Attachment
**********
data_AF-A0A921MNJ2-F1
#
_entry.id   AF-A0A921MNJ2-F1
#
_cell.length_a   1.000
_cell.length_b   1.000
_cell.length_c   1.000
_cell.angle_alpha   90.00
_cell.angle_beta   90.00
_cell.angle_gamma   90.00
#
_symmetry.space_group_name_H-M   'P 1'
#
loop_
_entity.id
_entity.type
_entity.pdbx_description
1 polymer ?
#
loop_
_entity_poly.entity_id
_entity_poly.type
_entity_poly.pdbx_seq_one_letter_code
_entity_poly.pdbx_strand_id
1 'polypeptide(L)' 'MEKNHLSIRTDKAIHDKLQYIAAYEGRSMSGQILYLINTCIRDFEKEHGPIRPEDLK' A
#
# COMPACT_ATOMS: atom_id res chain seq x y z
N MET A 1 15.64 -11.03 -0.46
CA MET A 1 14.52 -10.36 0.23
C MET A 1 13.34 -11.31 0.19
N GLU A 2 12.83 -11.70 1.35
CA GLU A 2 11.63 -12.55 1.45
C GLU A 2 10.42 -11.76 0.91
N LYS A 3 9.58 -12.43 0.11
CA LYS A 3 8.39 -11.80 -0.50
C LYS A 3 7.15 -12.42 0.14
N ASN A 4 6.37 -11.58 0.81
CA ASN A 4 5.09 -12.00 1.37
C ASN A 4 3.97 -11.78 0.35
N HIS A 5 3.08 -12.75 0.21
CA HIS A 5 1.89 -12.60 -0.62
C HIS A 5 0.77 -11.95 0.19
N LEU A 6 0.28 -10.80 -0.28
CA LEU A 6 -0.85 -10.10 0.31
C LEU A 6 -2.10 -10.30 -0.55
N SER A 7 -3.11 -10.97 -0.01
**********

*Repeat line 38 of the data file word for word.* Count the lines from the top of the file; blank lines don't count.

CA ASN A 4 5.09 -12.00 1.37